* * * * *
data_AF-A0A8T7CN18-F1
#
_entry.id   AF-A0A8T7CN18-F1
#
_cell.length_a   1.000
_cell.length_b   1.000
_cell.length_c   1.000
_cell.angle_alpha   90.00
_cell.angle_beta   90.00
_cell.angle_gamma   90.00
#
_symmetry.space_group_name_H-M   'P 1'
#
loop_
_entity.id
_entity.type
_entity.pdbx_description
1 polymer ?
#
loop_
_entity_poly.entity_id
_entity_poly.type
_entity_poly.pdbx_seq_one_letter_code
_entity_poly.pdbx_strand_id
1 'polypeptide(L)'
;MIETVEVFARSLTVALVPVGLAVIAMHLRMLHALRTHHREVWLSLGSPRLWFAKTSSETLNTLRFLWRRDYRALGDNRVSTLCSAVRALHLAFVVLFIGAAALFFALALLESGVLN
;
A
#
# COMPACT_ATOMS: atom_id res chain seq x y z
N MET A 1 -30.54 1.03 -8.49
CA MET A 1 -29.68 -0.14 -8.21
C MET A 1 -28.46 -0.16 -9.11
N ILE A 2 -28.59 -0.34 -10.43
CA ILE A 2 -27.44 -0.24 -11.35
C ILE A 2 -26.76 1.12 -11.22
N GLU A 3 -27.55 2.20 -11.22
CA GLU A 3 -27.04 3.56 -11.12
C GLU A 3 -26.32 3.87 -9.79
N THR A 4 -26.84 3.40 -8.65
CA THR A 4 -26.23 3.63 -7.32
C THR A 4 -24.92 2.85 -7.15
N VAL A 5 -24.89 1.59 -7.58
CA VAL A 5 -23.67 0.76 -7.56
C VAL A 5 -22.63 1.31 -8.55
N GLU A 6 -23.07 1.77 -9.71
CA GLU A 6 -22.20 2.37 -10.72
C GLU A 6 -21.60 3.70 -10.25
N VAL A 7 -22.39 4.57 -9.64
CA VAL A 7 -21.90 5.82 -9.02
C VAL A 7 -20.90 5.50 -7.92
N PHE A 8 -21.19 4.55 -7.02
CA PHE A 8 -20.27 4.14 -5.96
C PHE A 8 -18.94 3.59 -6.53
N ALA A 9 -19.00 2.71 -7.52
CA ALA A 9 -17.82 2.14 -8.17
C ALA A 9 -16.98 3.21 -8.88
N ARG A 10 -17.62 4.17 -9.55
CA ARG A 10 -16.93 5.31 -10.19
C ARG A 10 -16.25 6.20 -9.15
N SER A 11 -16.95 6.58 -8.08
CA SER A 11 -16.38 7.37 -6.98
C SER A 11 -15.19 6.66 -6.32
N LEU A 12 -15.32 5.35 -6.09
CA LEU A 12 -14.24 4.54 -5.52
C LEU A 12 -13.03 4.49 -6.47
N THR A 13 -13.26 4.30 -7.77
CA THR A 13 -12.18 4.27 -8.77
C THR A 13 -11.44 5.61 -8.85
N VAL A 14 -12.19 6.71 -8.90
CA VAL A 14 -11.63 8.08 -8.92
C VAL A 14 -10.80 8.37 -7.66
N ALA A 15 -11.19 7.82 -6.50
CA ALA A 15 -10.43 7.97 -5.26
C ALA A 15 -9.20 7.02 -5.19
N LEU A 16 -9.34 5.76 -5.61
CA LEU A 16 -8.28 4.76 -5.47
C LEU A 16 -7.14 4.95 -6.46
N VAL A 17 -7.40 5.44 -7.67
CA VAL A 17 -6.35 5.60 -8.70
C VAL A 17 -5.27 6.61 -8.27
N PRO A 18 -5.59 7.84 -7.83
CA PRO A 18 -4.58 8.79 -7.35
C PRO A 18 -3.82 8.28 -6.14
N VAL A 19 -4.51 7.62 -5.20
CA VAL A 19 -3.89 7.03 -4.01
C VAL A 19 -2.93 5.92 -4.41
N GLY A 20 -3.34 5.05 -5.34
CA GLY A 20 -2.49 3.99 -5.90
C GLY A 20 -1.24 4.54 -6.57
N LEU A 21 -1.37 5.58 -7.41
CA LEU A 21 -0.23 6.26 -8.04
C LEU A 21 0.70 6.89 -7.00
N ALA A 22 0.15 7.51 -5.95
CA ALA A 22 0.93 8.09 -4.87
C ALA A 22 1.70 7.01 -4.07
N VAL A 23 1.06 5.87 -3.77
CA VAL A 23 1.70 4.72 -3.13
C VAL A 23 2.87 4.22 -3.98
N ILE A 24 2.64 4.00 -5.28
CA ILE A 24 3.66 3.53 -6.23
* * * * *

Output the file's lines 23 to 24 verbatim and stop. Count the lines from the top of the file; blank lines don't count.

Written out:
_entity_poly.pdbx_seq_one_letter_code
_entity_poly.pdbx_strand_id